Antonia Garcia-Rodriguez

Antonia Garcia-Rodriguez is a professor of Spanish and French in the Department of Modern Languages & Cultures in New York. She has served as chair and bi-campus chair (NY and PLV) of the department and is co-creator of the Latin American Studies program at Pace University. Her publications include articles on gender, race, ethnicity, class, transnational identity and mother/daughter relationships in the texts of women writers of Latin America, especially the Caribbean and Latinx writers. She is active in a number of scholarly organizations, especially the National Association of Hispanic and Latino Studies.

Daniel Greenberg
Daniel Greenberg is Professor of History and Director of Pace’s  Latin American Studies Program. With Antonia Garcia-Rodriguez, he is author and co-editor of Latin America in the World, An Introduction (Routledge, 2020). He also contributed two chapters to Antonio Pedro Tota’s The Seduction of Brazil: The Americanization of Brazil during World War II (Texas, 2009), and published articles on the social and economic history of modern Argentina, comparative history of social revolution, the social impact of economic globalization, and foreign relations of Argentina and Brazil. In 2004, he won a federal Department of Education grant to strengthen the LAS program.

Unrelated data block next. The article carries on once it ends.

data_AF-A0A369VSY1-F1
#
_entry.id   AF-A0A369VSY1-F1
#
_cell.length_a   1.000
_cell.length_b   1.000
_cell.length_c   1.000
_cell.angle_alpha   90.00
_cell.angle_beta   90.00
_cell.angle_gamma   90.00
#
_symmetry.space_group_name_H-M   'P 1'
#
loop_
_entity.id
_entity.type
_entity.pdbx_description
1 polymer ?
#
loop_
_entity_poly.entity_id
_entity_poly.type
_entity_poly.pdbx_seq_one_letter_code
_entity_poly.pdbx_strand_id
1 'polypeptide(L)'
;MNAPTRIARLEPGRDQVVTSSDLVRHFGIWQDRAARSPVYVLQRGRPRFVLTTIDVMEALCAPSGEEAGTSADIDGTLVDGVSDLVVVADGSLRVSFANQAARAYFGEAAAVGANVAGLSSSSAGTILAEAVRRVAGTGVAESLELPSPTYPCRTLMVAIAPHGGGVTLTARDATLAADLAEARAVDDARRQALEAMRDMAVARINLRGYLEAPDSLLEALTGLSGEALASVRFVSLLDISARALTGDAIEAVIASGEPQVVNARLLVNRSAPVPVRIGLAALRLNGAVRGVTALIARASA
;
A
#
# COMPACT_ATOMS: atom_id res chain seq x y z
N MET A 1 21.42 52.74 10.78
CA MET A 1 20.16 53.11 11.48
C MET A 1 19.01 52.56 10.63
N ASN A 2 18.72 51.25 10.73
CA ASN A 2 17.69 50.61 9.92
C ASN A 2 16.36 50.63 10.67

Garcia-Rodriquez and Daniel J. Greenberg (eds.), Latin America in the World: An Introduction (Routledge, 2020)

This text offers students and researchers a fresh, comprehensive, multidisciplinary entry point to Latin America. After a brief introduction to the study of the region, the early chapters of the book survey the essentials of Latin American history; important historical narratives; and the region’s languages, religions, and global connections.
The second half of the book features interdisciplinary case studies, each of which focuses on a specific country or subregion and a particular issue. Each chapter gives a flavor for the cultural distinctiveness of the particular country yet also draws attention to global linkages. Readers will come away from this book with an understanding of the larger historical, political, and cultural frameworks that shaped Latin America as we know it today, and of current issues that have relevance in Latin America and beyond.